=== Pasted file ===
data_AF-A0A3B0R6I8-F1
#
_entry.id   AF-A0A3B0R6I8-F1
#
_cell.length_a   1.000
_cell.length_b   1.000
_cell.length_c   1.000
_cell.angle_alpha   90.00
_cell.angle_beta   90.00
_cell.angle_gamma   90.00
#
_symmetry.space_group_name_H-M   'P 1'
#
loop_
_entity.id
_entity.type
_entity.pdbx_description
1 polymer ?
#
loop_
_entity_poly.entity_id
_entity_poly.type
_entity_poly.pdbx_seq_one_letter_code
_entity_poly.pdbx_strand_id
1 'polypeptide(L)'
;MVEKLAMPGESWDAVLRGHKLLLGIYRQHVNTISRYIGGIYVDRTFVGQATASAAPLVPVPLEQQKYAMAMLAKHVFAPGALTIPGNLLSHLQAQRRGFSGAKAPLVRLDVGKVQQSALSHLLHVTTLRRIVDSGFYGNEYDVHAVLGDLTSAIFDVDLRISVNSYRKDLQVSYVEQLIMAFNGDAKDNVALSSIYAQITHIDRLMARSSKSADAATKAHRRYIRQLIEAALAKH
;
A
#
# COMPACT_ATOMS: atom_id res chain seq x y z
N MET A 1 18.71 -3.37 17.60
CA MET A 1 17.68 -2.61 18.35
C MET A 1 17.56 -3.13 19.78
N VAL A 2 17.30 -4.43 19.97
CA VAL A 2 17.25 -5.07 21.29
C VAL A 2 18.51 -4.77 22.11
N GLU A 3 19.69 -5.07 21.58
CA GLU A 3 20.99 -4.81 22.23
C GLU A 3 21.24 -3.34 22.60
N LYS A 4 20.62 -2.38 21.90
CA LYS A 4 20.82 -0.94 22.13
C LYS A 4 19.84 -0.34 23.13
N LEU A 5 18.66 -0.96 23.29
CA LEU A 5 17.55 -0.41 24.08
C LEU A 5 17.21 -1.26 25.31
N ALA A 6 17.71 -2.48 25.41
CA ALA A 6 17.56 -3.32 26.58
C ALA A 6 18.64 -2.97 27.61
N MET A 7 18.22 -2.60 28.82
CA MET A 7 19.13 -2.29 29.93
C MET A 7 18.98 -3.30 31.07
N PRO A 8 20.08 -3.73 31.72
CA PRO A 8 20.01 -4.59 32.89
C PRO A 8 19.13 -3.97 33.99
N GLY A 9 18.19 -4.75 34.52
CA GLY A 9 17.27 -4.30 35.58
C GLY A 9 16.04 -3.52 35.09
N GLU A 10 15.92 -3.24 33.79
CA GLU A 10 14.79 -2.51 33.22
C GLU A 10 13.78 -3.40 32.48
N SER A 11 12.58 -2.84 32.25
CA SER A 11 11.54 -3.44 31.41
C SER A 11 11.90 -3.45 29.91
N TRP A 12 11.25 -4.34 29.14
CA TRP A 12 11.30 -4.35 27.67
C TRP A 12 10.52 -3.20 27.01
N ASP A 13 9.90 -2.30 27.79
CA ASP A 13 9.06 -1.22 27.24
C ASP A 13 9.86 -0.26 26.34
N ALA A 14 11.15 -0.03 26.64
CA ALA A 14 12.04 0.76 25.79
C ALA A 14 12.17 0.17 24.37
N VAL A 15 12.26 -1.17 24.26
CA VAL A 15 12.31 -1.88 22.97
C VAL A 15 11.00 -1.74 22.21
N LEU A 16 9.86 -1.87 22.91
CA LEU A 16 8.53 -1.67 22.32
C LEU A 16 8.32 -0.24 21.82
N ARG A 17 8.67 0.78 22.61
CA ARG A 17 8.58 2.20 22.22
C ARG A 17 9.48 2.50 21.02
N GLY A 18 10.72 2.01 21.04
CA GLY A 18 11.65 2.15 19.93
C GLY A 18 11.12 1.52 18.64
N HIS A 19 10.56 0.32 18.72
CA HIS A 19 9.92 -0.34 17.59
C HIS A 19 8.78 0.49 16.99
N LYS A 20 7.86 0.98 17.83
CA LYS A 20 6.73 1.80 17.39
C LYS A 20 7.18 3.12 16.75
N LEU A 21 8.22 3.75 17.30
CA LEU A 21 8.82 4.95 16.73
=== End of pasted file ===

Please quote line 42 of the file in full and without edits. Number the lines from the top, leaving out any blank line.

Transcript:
C LYS A 4 19.84 -0.34 23.13